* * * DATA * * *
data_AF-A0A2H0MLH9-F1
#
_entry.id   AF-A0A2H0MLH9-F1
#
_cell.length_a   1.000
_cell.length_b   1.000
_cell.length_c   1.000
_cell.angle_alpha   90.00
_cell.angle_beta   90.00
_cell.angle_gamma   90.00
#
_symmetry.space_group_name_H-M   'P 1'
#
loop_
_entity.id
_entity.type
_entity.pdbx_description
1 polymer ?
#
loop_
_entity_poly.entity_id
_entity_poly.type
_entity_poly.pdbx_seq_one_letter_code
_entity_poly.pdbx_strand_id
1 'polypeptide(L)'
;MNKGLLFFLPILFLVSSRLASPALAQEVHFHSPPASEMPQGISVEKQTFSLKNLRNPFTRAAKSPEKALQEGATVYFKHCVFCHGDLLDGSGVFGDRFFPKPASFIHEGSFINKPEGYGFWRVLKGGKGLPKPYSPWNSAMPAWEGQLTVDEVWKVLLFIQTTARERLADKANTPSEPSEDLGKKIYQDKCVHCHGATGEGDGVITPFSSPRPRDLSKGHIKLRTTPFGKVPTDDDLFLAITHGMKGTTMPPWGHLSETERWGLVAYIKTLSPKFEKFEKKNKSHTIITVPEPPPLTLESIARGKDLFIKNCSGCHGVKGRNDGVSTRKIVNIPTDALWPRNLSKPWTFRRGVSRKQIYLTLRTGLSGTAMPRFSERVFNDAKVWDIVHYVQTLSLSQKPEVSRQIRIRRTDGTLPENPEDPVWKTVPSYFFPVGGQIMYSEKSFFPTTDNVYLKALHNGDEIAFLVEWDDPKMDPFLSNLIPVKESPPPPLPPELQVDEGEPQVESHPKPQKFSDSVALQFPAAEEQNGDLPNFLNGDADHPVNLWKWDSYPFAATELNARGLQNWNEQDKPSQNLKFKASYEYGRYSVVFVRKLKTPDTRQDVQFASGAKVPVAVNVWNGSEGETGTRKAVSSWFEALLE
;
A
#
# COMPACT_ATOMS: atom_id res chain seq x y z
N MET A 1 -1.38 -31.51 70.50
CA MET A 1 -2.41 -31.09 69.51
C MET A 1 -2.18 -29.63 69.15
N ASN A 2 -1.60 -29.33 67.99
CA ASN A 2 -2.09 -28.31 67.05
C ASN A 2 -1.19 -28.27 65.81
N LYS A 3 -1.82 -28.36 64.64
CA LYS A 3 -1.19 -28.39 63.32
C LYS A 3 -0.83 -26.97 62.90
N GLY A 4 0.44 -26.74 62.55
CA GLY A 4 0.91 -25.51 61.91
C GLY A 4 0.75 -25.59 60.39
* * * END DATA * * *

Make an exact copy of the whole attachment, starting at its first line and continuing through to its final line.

data_AF-A0A2H0MLH9-F1
#
_entry.id   AF-A0A2H0MLH9-F1
#
_cell.length_a   1.000
_cell.length_b   1.000
_cell.length_c   1.000
_cell.angle_alpha   90.00
_cell.angle_beta   90.00
_cell.angle_gamma   90.00
#
_symmetry.space_group_name_H-M   'P 1'
#
loop_
_entity.id
_entity.type
_entity.pdbx_description
1 polymer ?
#
loop_
_entity_poly.entity_id
_entity_poly.type
_entity_poly.pdbx_seq_one_letter_code
_entity_poly.pdbx_strand_id
1 'polypeptide(L)'
;MNKGLLFFLPILFLVSSRLASPALAQEVHFHSPPASEMPQGISVEKQTFSLKNLRNPFTRAAKSPEKALQEGATVYFKHCVFCHGDLLDGSGVFGDRFFPKPASFIHEGSFINKPEGYGFWRVLKGGKGLPKPYSPWNSAMPAWEGQLTVDEVWKVLLFIQTTARERLADKANTPSEPSEDLGKKIYQDKCVHCHGATGEGDGVITPFSSPRPRDLSKGHIKLRTTPFGKVPTDDDLFLAITHGMKGTTMPPWGHLSETERWGLVAYIKTLSPKFEKFEKKNKSHTIITVPEPPPLTLESIARGKDLFIKNCSGCHGVKGRNDGVSTRKIVNIPTDALWPRNLSKPWTFRRGVSRKQIYLTLRTGLSGTAMPRFSERVFNDAKVWDIVHYVQTLSLSQKPEVSRQIRIRRTDGTLPENPEDPVWKTVPSYFFPVGGQIMYSEKSFFPTTDNVYLKALHNGDEIAFLVEWDDPKMDPFLSNLIPVKESPPPPLPPELQVDEGEPQVESHPKPQKFSDSVALQFPAAEEQNGDLPNFLNGDADHPVNLWKWDSYPFAATELNARGLQNWNEQDKPSQNLKFKASYEYGRYSVVFVRKLKTPDTRQDVQFASGAKVPVAVNVWNGSEGETGTRKAVSSWFEALLE
;
A
#
# COMPACT_ATOMS: atom_id res chain seq x y z
N MET A 1 -1.38 -31.51 70.50
CA MET A 1 -2.41 -31.09 69.51
C MET A 1 -2.18 -29.63 69.15
N ASN A 2 -1.60 -29.33 67.99
CA ASN A 2 -2.09 -28.31 67.05
C ASN A 2 -1.19 -28.27 65.81
N LYS A 3 -1.82 -28.36 64.64
CA LYS A 3 -1.19 -28.39 63.32
C LYS A 3 -0.83 -26.97 62.90
N GLY A 4 0.44 -26.74 62.55
CA GLY A 4 0.91 -25.51 61.91
C GLY A 4 0.75 -25.59 60.39